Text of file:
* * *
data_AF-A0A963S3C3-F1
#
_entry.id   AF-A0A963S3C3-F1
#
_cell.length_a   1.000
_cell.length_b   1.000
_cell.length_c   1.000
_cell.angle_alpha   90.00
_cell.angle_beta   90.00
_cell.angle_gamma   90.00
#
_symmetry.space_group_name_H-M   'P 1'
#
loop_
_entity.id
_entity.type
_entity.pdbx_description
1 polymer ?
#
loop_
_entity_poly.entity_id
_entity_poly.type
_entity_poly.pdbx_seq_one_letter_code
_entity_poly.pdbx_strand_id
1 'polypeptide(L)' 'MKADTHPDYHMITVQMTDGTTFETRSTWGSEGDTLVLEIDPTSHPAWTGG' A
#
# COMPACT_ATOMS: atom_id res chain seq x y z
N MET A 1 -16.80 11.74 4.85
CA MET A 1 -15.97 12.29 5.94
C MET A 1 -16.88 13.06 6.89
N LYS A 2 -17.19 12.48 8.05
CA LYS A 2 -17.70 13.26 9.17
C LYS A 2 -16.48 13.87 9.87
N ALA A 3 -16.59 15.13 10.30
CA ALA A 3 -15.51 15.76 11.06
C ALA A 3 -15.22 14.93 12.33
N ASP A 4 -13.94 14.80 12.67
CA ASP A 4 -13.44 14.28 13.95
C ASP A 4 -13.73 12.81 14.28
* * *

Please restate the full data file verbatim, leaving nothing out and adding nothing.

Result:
data_AF-A0A963S3C3-F1
#
_entry.id   AF-A0A963S3C3-F1
#
_cell.length_a   1.000
_cell.length_b   1.000
_cell.length_c   1.000
_cell.angle_alpha   90.00
_cell.angle_beta   90.00
_cell.angle_gamma   90.00
#
_symmetry.space_group_name_H-M   'P 1'
#
loop_
_entity.id
_entity.type
_entity.pdbx_description
1 polymer ?
#
loop_
_entity_poly.entity_id
_entity_poly.type
_entity_poly.pdbx_seq_one_letter_code
_entity_poly.pdbx_strand_id
1 'polypeptide(L)' 'MKADTHPDYHMITVQMTDGTTFETRSTWGSEGDTLVLEIDPTSHPAWTGG' A
#
# COMPACT_ATOMS: atom_id res chain seq x y z
N MET A 1 -16.80 11.74 4.85
CA MET A 1 -15.97 12.29 5.94
C MET A 1 -16.88 13.06 6.89
N LYS A 2 -17.19 12.48 8.05
CA LYS A 2 -17.70 13.26 9.17
C LYS A 2 -16.48 13.87 9.87
N ALA A 3 -16.59 15.13 10.30
CA ALA A 3 -15.51 15.76 11.06
C ALA A 3 -15.22 14.93 12.33
N ASP A 4 -13.94 14.80 12.67
CA ASP A 4 -13.44 14.28 13.95
C ASP A 4 -13.73 12.81 14.28